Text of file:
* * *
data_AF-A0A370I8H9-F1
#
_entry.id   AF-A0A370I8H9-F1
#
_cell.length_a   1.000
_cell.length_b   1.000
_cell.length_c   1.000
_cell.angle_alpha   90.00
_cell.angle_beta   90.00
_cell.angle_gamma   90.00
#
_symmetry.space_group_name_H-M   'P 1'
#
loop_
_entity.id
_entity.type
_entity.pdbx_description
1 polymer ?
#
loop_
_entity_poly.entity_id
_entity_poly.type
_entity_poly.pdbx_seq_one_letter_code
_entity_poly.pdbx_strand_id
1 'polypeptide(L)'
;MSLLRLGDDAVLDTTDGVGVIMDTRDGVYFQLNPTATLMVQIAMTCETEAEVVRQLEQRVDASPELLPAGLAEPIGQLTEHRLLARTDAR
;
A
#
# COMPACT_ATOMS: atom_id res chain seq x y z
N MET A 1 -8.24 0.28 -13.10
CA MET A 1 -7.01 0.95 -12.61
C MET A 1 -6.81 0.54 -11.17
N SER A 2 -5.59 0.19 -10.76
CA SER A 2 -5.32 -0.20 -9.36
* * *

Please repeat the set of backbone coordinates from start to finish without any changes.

data_AF-A0A370I8H9-F1
#
_entry.id   AF-A0A370I8H9-F1
#
_cell.length_a   1.000
_cell.length_b   1.000
_cell.length_c   1.000
_cell.angle_alpha   90.00
_cell.angle_beta   90.00
_cell.angle_gamma   90.00
#
_symmetry.space_group_name_H-M   'P 1'
#
loop_
_entity.id
_entity.type
_entity.pdbx_description
1 polymer ?
#
loop_
_entity_poly.entity_id
_entity_poly.type
_entity_poly.pdbx_seq_one_letter_code
_entity_poly.pdbx_strand_id
1 'polypeptide(L)'
;MSLLRLGDDAVLDTTDGVGVIMDTRDGVYFQLNPTATLMVQIAMTCETEAEVVRQLEQRVDASPELLPAGLAEPIGQLTEHRLLARTDAR
;
A
#
# COMPACT_ATOMS: atom_id res chain seq x y z
N MET A 1 -8.24 0.28 -13.10
CA MET A 1 -7.01 0.95 -12.61
C MET A 1 -6.81 0.54 -11.17
N SER A 2 -5.59 0.19 -10.76
CA SER A 2 -5.32 -0.20 -9.36